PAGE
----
• December 08, 1964

    Letter from R. C. Treweeks, Defense Intelligence Staff, to Alan C. Goodison, Eastern Department of the Foreign Office

    In his letter to Goodison, Treweeks declares that the Defense Intelligence Staff agreed with J. Koop's conclusion that Dimona was capable of pursuing a nuclear weapons program. Goodison's previous letter to Treweeks is attached.

  • December 22, 1964

    Letter from Alan C. Goodison, Eastern Department of the Foreign Office, to A. R. H. Kellas, British Embassy in Tel Aviv

    After consulting the Defense Intelligence Staff, Goodison writes to Kellas that "we must now accept the end of 1968 as the earliest possible date" for an Israeli nuclear bomb. As the Canadian report suggested an Israeli test by 1966, either 1968 was a typo or the Defense Intelligence Staff provided more detailed comments than are available in the file.

  • March 16, 1967

    Letter from Canadian Embassy, British Interests Section, W. H. G. Fletcher to P. A. Rhodes of the Foreign Office

    Third Secretary of the Romanian Embassy reports that Romania is eager to "widen their horizons" and “are now anxious to contact us and probably other western missions.”

  • May 11, 1967

    Letter from British Embassy in Bucharest, R. Hanbury Tension to P. A. Rhodes, Foreign Office

    Tension reports on friendly overtures by Romanian diplomatic officers.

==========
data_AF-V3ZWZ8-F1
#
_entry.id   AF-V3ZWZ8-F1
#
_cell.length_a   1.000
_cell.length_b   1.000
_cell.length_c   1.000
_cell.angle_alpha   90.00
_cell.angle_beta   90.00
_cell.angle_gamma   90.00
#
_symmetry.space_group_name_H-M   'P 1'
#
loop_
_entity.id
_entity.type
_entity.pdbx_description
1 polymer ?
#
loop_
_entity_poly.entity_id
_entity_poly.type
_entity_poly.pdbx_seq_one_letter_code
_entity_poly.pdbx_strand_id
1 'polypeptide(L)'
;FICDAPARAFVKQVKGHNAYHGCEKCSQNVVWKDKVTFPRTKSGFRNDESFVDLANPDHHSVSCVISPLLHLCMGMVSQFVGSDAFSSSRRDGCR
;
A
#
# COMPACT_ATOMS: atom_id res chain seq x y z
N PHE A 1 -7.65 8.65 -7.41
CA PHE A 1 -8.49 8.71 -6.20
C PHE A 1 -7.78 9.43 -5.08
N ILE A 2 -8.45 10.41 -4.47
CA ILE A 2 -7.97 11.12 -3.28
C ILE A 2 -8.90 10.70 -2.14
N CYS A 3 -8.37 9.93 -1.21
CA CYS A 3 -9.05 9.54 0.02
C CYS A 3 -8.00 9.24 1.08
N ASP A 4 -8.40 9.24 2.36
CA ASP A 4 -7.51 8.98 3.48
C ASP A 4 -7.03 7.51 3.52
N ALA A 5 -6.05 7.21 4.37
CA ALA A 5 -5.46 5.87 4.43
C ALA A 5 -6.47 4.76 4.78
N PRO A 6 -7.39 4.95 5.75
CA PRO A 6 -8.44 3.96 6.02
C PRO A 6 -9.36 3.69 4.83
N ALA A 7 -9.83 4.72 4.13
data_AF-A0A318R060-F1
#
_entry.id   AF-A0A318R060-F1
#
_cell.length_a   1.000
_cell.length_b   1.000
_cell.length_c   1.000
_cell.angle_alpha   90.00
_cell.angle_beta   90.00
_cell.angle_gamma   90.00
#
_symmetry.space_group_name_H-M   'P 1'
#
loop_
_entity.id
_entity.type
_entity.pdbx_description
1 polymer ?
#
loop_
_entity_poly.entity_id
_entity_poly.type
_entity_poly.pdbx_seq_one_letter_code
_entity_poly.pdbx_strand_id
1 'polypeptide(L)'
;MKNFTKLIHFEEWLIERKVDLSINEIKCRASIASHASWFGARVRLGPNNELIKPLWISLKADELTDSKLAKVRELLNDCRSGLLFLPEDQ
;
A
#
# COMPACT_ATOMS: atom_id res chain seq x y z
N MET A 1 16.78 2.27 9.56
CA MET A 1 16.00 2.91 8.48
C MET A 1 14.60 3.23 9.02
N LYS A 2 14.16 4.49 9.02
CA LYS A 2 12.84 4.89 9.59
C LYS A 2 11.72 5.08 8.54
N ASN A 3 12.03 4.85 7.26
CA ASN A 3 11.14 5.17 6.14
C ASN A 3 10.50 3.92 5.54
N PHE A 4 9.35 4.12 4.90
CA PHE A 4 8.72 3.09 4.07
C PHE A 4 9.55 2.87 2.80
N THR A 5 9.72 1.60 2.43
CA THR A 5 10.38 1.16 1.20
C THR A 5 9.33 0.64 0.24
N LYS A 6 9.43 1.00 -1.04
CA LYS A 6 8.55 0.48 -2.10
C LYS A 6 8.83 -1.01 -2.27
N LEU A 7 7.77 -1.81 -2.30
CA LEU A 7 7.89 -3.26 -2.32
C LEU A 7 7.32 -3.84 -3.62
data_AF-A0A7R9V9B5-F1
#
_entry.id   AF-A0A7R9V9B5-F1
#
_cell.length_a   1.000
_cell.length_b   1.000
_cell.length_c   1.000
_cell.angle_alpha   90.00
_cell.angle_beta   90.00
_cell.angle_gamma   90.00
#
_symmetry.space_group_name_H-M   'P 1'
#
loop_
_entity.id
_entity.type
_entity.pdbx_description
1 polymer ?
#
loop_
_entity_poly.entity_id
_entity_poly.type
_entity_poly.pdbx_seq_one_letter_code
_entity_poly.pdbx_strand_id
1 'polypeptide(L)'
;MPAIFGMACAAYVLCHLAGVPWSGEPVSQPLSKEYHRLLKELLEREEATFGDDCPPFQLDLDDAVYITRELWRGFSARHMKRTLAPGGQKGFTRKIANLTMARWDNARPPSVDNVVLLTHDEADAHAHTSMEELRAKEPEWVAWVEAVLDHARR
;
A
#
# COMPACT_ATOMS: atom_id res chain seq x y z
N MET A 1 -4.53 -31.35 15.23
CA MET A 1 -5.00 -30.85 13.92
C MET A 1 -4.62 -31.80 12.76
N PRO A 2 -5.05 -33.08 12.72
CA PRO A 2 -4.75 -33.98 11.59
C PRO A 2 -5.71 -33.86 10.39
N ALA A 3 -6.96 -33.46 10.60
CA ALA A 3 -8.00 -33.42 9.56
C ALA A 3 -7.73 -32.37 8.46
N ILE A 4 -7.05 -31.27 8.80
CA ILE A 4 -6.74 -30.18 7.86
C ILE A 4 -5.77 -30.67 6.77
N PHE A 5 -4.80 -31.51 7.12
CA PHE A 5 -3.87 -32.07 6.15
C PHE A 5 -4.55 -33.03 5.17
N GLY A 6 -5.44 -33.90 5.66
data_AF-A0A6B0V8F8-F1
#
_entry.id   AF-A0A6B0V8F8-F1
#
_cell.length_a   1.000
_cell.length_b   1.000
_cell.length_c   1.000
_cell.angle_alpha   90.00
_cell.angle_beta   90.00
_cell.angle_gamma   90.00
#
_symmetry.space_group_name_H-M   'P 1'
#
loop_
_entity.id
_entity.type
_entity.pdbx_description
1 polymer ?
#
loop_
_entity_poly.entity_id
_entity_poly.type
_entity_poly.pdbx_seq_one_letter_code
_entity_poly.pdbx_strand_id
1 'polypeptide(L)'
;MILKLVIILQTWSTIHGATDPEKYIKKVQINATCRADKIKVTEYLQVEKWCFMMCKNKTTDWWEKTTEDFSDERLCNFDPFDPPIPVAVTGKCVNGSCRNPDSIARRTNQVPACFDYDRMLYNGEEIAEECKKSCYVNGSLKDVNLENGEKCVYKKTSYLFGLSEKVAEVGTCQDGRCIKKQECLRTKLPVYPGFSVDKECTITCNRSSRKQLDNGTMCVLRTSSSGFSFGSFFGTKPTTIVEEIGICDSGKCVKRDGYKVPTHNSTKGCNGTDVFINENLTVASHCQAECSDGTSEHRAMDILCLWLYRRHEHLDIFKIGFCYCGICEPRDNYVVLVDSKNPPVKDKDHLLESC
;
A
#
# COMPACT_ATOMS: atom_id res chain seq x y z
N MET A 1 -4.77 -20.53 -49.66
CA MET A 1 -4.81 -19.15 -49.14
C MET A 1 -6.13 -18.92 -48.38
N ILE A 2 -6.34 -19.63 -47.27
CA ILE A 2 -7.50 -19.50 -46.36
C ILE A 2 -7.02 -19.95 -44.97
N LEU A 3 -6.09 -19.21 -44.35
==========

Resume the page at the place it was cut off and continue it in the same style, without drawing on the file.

• November 28, 1967

    Letter from J.L. Stevenson to A.C. Stuart, 'East German Statements on Bonn-Pretoria Alliance'

    J. L. Stevenson concludes that recent East German statements about West German/South African military cooperation, including in nuclear energy, are baseless and that the recent cooperation appears benign.

  • July 15, 1969

    German Nuclear Work

    Correspondence regarding French diplomatic reporting that West Germany was developing nuclear weapons capability. H.T. Morgan concludes that the French claims are baseless and an example of "flesh creeping" activities to discourage the United Kingdom from nuclear collaboration with West Germany

  • June 06, 1972

    Foreign and Commonwealth Office, Diplomatic Report No. 367/72, 'Romania, Israel and the Arabs'

    Since the Six-Day War, Romania has been the only communist state in diplomatic relations with Israel.

  • January 05, 1975

    Telegram from the UK Embassy, Blantyre, to the Foreign and Commonwealth Office

  • May 10, 1977

    Letter from Roger Barltrop of British Embassy in Addis Ababa, 'The Derg'

    Information obtained by the British from an Ethiopian officer who defected to West Germany. His report shows the strong influence of the Soviet Union in the Derg at the time.